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Maryland Pot Patient and Industry Executive Shannon Sweeney

After turning to medicinal Cannabis to heal, Sweeney soon entered the industry and climbed the ladder to a new career.

At 29, Shannon Sweeney has reached a level of contentment with her life she hadn’t previously envisioned possible.

Serving as the Director of Wholesale Sales and Marketing for Evermore Cannabis Company, Shannon finds herself working a dream job – an occurrence she chalks up to divine intervention.

“I went to school to be a weather lady,” laughs Shannon, who earned a bachelor’s degree in geography from Salisbury University. “I interned at WBOC 16 in Salisbury my senior year and discovered that a career in front of the camera was not for me; I’m more introverted.”

Her path to peace, she says, involved navigating the pitfalls of a failed dream and pushing beyond the cloud of doubt that surfaced in its ruins.

“After graduating, I found myself working random, unfulfilling jobs to make ends meet,” she said. “I waited tables and bartended for a bit.”

A recreational user since the age of 17, Shannon’s interest in plant cultivation was piqued by a homegrown hobby of nurturing succulents and cacti. In 2016, she followed the botanical grapevine into Rohrersville, Maryland, where she served as a wine associate for Big Cork Vineyards for four-plus years.

In 2019, she had a tasting with Brandon Allen, a partner and educator at Trichome Institute – a Cannabis-specific organization that provided certificate-level programs to educate consumers, dispensary staff, entrepreneurs and more. Brandon convinced Shannon to become a Cannabis Sommelier, learning to evaluate Cannabis flower for total quality control, as well as its psychotropic effects. While taking the course, the cosmos aligned, Shannon says.

“I had just become a medical patient and now I was learning how to interpret terpenes,” she said. “That year, I had started my blog, The Stoned Sommelier, where I paired local wines with local Cannabis. And at the same time, [Maryland Leaf Magazine] came out with its [September issue of] Tannins and Terpenes. So it just felt like I was being nudged in that direction. It was a beautiful conglomeration.”

Three months later, Shannon was hired by Curaleaf (now known as Kind Tree), working as a trimmer.

“I was a trimmer for a few months, but spent most of my time in cultivation and propagation,” she said.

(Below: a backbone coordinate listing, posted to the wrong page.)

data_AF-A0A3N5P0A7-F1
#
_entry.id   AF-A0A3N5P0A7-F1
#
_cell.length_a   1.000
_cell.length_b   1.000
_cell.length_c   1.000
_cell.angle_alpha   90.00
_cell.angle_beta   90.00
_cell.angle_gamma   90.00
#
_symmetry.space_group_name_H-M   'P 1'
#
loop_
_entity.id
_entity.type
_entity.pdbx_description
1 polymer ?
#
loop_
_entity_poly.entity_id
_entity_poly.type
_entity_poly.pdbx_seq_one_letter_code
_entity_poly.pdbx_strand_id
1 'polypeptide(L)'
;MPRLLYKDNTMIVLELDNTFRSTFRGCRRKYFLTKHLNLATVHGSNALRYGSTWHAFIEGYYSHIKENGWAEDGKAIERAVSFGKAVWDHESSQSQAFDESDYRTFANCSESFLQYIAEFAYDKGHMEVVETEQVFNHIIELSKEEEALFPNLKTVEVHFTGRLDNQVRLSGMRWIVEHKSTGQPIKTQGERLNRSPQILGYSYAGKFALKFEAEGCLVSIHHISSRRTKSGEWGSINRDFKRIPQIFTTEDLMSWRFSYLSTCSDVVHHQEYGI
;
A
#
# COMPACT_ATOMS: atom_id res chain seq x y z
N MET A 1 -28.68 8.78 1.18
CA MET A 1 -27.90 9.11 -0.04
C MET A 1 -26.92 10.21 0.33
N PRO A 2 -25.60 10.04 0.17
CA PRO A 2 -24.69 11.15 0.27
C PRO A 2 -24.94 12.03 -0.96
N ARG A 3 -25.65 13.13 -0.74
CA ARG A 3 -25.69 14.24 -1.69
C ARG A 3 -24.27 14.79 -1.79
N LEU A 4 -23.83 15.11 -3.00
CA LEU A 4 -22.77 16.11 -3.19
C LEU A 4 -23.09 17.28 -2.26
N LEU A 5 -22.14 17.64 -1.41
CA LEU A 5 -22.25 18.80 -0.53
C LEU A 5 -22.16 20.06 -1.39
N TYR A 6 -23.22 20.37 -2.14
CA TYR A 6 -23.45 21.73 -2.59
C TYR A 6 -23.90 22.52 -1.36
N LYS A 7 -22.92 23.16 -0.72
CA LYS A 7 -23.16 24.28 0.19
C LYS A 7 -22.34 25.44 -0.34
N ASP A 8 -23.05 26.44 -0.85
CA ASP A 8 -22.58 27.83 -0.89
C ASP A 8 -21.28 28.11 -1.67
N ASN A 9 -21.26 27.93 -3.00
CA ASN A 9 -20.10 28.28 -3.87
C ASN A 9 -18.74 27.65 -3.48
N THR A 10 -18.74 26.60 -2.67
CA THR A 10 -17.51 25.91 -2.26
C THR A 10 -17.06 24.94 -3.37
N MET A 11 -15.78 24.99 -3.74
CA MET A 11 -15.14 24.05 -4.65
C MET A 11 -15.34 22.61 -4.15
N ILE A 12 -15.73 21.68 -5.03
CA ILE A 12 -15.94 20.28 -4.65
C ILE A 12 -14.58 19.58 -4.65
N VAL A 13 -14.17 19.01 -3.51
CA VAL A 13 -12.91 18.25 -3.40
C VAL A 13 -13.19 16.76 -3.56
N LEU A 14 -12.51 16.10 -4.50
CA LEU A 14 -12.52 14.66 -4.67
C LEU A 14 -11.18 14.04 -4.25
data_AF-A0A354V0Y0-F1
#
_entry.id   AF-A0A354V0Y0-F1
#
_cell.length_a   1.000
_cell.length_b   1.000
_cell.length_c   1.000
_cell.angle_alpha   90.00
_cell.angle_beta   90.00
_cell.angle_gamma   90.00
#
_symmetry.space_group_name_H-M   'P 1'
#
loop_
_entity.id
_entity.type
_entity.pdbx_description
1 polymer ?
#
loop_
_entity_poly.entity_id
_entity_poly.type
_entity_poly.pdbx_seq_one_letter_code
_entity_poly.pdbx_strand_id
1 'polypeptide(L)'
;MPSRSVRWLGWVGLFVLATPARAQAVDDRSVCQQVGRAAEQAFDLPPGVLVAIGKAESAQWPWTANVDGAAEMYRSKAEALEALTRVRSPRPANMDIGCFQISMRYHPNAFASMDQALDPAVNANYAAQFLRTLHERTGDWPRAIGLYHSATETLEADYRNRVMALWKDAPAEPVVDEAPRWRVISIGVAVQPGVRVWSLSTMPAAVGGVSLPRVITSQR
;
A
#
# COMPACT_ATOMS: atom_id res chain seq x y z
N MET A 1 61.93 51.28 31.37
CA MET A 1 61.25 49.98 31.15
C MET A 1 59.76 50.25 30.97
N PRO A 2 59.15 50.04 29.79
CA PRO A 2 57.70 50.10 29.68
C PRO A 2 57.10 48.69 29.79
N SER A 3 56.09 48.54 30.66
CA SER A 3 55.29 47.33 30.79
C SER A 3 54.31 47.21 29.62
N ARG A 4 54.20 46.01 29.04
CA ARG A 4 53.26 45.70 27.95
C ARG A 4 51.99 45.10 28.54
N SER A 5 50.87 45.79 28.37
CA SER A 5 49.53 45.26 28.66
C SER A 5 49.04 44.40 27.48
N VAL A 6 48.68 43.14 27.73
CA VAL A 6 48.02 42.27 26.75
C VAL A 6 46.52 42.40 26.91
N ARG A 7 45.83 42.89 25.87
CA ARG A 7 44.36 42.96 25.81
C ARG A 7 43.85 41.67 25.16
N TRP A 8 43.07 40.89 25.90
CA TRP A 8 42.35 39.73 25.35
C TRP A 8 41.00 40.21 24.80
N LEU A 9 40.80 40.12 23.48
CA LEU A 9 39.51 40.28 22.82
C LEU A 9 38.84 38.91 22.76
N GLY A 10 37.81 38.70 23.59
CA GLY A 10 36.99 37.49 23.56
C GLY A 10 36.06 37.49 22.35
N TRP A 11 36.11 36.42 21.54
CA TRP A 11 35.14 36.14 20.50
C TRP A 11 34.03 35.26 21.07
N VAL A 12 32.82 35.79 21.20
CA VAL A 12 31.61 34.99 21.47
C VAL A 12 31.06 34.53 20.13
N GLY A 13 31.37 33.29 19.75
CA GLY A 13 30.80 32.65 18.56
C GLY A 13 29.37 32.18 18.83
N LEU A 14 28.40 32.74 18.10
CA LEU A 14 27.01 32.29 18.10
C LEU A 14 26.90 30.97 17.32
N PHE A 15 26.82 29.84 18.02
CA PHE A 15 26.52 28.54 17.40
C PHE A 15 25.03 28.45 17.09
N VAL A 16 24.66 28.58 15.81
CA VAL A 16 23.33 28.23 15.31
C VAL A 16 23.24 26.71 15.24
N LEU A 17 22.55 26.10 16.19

Shannon was then hired as the marketing coordinator by District Cannabis, who had just entered the Maryland market at the time.

“I started in the trim room and then they moved me over to marketing,” she said. “It started out as me begging them to let me do pop-up events and eventually opened the door to design, copywriting, blogging and content creation. We really brought life to the [DC] brand in its first year.”

After a year and a half with District Cannabis, Shannon was given the opportunity to be the Director of Marketing for Evermore Brands – a vertically-integrated medical Cannabis company in Baltimore. She has served in that role since this past January.

“It’s just been a dream,” she said, heaping praise onto her team. “Evermore cares about the patients and they make sure we stay true to the nature of the plant. They have a lot of integrity, and that’s what I look for when I am affiliating myself with a brand.”

A sufferer of an eating disorder known as ARFID (Avoidant Restrictive Food Intake Disorder), Shannon makes it a point to remind herself why she is in the industry: the patients. She was especially delighted to be a part of the Tannins and Terpenes issue, bringing her journey full circle.

“Having been in the market for three years, I’ve seen the education of the patients evolve,” she said. “Patients really do have a good grasp of the terpenes. And since so many new strains come to the market, there’s always something to explore.”

Experimenting, she says, can bring some levity to the healing journey. Shannon still does wine and Cannabis pairings, but recently gravitated to IPA beers, which feature the terpene myrcene. She advises operating in moderation as the pairing experience can be extremely psychoactive. Safety (place and setting) is also an important consideration. Shannon often chooses a wine from the menu, purchases a bottle from the vineyard, finds a pre-roll to match and conducts the tasting in the comfort of her home.

“It’s an experience,” she smiled. “I usually start by researching a local brewery or winery, and look at what they have to offer. In the northern part of the state, you might get shale-heavy soil, so the flavor is mineral rich. Whereas the Eastern Shore is sandy, you get this loamy soil, and it just imparts a different flavor onto the grapes.”

Shannon encourages beginners to trust their palate above all else.

“Smell and taste are so connected,” she said. “If you smell or taste a nuance in your weed, but someone else has a different experience, neither of you are wrong. It’s a spectrum.”

With the Maryland Marijuana Legalization Amendment on the ballot November 8, she hopes if residents vote in favor of a recreational bill, that Cannabis lounges will soon follow suit. She’s come a long way from forecasting weather patterns, to now speculating on market trends regarding a flower she loves.

“No matter where the future takes me, a huge chunk of my heart will always stay in those grow rooms. That’s family!” she said. “So much magic happens behind those closed doors and it’s my job to capture it.”

“The camaraderie … the music … the 80-degree heat,” she reminisced, getting nostalgic. “I’m not sure what the algorithm is exactly, but it’s symbiosis in its purest form. Happy people equal happy plants – equal happy patients.” 

This article was originally published in the September 2022 issue of Maryland Leaf.

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